So I'm starting to wonder when people ask "how are you?" and I respond with anything that is even slightly negative if I'm the only one that feels that way. Or, perhaps, I'm just the only one who is being honest.

My default response these days has been "I'm doing alright, how are you?" This answer of course, is just positive enough for the conversation to keep rolling along but slightly ambiguous as well, as though I am prompting the thoughtful mind to consider what lies underneath the tip of the Freudian iceberg. But who would want to explore down there.

I took a trip to the ocean with a friend of mine, and I immediately plopped down and fell asleep on the sands of Tybee. I had one of those experiences where you dream you are somewhere else and when you awake you are totally lost, just for a moment. It's like when Ellen Paige tries to remember where she is and the baskets of vegetables start exploding. Of course, in real life, you just remember that you drove to the beach or you are riding the red eye to Heathrow or you are in your bed at home and nothing explodes. In that moment when you are totally lost though, it's bliss to me, as though the continuity of my spirit gets to take a break and I have no responsibility.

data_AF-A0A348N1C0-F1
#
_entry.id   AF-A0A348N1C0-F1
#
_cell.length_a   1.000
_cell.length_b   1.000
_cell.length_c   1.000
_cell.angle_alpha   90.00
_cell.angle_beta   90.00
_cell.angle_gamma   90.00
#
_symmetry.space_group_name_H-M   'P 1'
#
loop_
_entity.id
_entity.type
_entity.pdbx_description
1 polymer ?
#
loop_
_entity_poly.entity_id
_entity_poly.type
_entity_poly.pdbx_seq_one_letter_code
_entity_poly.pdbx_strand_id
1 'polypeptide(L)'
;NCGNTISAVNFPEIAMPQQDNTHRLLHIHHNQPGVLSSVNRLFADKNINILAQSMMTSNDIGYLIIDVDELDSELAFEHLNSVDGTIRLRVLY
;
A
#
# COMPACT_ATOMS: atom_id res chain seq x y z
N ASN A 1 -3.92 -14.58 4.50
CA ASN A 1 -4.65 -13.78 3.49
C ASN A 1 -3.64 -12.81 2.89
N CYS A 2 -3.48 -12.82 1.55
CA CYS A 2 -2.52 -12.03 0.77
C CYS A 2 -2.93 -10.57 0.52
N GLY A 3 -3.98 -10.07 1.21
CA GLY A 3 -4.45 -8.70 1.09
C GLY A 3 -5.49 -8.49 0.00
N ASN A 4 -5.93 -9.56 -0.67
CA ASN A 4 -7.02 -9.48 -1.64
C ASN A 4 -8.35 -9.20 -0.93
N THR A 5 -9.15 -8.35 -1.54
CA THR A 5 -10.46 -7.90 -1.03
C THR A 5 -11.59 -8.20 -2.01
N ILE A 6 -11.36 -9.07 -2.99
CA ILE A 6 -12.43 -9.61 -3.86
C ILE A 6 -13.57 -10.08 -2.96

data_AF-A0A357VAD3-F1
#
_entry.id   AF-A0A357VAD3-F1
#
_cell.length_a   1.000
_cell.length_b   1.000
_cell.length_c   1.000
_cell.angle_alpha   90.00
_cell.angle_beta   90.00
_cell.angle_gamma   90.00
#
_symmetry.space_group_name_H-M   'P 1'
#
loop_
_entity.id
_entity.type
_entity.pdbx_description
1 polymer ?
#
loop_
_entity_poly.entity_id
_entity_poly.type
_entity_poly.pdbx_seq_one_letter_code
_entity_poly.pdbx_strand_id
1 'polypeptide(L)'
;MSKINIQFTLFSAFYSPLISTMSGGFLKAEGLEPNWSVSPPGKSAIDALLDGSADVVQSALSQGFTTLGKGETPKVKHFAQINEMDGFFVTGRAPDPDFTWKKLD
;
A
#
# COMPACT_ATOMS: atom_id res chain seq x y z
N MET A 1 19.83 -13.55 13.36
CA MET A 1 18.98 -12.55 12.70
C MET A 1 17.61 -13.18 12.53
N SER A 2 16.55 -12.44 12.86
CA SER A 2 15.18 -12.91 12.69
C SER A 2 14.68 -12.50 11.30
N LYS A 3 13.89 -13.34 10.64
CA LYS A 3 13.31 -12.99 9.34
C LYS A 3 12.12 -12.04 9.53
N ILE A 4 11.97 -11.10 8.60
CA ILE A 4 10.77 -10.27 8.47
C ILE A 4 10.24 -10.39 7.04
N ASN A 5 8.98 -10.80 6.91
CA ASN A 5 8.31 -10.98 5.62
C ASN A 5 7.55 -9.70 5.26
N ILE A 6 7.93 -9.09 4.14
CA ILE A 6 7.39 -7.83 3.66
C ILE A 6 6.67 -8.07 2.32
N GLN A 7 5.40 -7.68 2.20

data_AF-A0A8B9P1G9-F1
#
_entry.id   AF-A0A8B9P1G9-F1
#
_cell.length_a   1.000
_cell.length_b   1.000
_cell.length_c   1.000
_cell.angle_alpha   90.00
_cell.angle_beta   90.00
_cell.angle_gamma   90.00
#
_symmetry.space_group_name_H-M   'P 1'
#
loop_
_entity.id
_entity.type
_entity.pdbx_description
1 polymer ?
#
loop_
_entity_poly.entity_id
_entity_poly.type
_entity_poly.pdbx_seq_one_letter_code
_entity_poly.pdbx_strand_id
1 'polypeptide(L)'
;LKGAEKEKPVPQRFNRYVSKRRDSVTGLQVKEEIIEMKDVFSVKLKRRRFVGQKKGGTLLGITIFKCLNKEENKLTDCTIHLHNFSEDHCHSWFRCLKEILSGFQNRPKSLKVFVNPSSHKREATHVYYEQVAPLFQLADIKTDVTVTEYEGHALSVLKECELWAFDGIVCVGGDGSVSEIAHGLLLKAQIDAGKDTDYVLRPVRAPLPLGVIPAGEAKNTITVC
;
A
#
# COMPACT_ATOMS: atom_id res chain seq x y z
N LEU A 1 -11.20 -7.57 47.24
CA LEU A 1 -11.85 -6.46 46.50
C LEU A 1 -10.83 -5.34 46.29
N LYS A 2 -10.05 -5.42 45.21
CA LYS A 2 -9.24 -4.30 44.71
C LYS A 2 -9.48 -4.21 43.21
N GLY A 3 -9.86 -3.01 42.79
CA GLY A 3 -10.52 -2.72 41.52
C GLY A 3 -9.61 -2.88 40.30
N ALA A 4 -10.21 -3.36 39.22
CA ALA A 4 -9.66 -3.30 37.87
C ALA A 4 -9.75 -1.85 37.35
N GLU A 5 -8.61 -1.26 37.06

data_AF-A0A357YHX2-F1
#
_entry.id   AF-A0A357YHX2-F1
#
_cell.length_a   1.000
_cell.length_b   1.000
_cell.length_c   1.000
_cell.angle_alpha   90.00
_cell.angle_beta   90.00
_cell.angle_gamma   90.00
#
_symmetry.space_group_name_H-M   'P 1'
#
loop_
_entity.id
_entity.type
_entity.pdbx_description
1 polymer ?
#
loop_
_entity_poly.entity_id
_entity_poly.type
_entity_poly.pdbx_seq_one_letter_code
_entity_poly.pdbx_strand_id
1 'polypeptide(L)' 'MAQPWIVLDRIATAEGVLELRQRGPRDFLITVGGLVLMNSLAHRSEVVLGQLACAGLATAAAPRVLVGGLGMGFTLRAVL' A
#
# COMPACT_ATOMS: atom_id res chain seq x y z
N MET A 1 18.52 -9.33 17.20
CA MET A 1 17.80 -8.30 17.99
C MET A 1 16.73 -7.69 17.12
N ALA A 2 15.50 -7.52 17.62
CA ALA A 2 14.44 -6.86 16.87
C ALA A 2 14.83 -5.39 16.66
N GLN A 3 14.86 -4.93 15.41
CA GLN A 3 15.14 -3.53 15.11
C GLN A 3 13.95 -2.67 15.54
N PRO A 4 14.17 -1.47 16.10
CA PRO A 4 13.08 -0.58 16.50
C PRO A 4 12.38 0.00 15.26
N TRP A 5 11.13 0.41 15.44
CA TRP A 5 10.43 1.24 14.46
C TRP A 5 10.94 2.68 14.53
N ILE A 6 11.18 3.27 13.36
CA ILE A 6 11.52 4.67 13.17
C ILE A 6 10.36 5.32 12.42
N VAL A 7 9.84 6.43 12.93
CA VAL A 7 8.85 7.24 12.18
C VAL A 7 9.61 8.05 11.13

Actually, it wasn't even once it happened, but three times as I dosed on the beach. I was in my dorm back before I graduated, then a jolt, where am I? Oh yes, the beach. Then I was home, and then I was in Searcy watching the preaching majors tossing their frisbees. I told my friend if he knew that feeling, when you are lost when you wake up because you dreamed you were somewhere else, and that it just happened three times in about forty minutes. He remarked "I guess that just shows the transient nature of this point in your life" and chuckled a bit.

I realized how true this was, and at what a significant crossroads I have arrived. I just graduated, and I am home for a little while until I figure out what I'm doing. Home is a little too much credit, though. My interim house is a better descriptor. Regardless, this rite of passage is proving wearying for me.